Island on Lake Shinji; 2019; collotype print from wet-collodion glass negative; © Everett Kennedy Brown 

October 10, 2019 to January 5, 2020

Tuesday–Saturday, 9:30 a.m.–4:30 p.m.

410 Chartres Street

Admission is free.

Sister cities New Orleans and Matsue, Japan, both claim renowned 19th-century journalist and author Lafcadio Hearn as their own. This exhibition of contemporary photographs of Japan’s southwestern Izumo district, home to the city of Matsue, by artist Everett Kennedy Brown, explores the multifaceted relationship between these cities and their adopted son.

Lafcadio Hearn (1850–1904) was born in Greece, raised in Ireland, and educated in England. He traveled extensively throughout his adult life and is largely considered a citizen of the world. But he is most associated with two locales: New Orleans and Japan. Hearn spent nearly a decade (1877–87) in New Orleans as a journalist with the Daily City Item and the Times-Democrat, chronicling the city’s Creole culture. When he left New Orleans, he sojourned for two years in the French West Indies before settling in Japan, a country he wrote about extensively and called home until his death.

Everett Kennedy Brown, is an American who has lived in Japan for over three decades. Brown’s photographs of landscapes and architecture in Matsue and the surrounding region are infused with the quiet mystery that first drew Hearn to the area, one steeped in folkloric culture and mythology. The prints’ physical characteristics and connection to Hearn are enhanced by two 19th-century processes used to produce the images: wet collodion and collotype.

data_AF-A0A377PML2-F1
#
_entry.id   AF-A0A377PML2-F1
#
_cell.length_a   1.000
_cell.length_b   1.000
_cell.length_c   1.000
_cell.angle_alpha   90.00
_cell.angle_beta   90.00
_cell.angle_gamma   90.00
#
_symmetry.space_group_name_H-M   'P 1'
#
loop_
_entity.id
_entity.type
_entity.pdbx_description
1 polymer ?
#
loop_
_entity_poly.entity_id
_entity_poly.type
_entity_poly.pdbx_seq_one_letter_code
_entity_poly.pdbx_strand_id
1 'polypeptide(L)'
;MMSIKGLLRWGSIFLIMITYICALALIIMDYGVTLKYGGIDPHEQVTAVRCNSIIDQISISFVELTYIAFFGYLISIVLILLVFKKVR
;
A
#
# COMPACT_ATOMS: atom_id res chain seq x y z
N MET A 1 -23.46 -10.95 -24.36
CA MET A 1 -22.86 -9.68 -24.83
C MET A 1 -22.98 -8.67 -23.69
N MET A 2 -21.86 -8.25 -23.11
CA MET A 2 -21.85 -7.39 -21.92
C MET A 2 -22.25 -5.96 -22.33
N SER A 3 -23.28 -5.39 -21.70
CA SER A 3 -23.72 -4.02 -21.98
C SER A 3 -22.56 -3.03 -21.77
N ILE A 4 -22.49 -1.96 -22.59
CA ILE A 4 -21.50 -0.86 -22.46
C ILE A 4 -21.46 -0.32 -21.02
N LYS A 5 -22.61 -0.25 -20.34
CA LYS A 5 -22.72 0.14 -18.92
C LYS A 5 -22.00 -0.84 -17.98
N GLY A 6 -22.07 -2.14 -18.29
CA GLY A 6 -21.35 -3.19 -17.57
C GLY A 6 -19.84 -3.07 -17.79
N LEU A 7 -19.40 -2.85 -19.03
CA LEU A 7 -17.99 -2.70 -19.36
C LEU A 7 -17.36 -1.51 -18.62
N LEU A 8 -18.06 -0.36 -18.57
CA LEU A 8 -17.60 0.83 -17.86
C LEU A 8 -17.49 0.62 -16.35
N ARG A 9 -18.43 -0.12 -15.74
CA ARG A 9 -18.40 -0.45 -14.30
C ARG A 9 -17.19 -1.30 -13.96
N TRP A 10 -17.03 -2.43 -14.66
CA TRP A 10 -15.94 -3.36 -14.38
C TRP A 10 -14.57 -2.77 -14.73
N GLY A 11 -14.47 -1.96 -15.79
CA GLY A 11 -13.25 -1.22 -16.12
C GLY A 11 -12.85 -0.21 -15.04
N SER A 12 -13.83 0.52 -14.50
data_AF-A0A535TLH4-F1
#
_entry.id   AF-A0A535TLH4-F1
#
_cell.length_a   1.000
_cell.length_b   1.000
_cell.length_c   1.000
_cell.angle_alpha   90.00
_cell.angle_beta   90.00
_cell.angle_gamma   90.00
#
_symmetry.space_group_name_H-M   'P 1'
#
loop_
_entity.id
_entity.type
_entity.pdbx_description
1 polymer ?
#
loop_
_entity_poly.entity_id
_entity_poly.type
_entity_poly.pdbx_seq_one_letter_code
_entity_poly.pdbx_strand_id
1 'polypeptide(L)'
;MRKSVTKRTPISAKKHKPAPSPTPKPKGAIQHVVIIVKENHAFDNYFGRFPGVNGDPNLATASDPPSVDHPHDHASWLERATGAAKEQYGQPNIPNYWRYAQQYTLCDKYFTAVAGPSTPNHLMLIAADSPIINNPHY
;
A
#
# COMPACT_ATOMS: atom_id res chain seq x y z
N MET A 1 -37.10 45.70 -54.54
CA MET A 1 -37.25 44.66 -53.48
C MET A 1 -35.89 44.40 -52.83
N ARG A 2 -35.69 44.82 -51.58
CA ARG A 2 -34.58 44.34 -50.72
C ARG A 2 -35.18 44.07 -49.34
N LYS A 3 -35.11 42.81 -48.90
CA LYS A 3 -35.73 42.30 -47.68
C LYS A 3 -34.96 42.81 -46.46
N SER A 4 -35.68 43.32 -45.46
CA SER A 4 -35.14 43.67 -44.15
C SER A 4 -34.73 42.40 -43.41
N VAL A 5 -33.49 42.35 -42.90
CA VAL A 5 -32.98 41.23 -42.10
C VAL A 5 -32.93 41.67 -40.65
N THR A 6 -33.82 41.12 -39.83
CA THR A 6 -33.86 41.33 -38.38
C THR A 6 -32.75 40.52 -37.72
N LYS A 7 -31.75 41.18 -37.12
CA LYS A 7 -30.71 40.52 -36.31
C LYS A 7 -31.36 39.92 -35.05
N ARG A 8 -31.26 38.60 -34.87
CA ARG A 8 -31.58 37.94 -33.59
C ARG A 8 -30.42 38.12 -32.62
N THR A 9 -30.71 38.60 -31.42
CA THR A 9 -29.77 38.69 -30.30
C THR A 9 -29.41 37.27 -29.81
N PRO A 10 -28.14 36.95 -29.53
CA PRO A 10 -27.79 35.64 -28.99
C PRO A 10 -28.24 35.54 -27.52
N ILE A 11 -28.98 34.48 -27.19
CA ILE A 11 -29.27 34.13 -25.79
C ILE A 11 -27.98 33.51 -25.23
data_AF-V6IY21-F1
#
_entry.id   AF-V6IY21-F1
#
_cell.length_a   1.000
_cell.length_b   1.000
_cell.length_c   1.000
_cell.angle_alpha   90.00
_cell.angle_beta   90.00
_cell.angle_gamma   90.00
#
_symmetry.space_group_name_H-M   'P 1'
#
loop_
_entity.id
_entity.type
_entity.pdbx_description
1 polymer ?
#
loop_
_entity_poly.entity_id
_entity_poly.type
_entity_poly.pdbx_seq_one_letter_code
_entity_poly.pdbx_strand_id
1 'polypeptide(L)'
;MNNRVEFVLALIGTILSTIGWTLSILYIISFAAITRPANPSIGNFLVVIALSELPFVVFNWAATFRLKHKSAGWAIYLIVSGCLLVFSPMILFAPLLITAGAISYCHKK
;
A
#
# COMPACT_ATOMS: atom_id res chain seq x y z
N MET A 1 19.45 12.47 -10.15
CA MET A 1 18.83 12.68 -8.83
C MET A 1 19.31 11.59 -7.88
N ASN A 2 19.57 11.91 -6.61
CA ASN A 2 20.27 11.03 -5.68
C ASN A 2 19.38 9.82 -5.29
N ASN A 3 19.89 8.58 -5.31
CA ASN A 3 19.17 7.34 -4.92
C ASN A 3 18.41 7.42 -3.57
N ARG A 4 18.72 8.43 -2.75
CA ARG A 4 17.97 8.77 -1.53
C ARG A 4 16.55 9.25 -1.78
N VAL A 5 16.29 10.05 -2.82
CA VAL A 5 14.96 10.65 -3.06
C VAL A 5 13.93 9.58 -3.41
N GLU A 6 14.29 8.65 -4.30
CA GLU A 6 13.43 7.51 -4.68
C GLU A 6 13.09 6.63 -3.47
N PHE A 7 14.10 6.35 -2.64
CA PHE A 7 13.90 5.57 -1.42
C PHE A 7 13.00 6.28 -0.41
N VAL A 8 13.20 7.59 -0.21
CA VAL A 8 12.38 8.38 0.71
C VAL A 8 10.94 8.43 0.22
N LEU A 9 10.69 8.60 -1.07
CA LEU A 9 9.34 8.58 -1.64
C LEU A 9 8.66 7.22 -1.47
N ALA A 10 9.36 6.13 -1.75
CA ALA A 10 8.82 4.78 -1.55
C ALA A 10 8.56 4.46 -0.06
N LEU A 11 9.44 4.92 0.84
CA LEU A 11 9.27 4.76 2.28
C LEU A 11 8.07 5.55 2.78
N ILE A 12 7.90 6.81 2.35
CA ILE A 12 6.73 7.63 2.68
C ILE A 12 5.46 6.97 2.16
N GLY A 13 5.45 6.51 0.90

Seeking an Open Life: Photographs of Lafcadio Hearn’s Japan is presented in collaboration with the Hearn Society of Japan, the City of Matsue, the Open Mind of Lafcadio Hearn in the USA Project, and the Lafcadio Hearn Memorial Museum and in cooperation with the Japan Club of New Orleans and the Japan Society of New Orleans. Support was provided by the Embassy of Japan in the United States and Shimane Prefecture, Japan. Funding was provided by Toshiba International Foundation and the Japan World Exposition 1970 Commemorative Fund.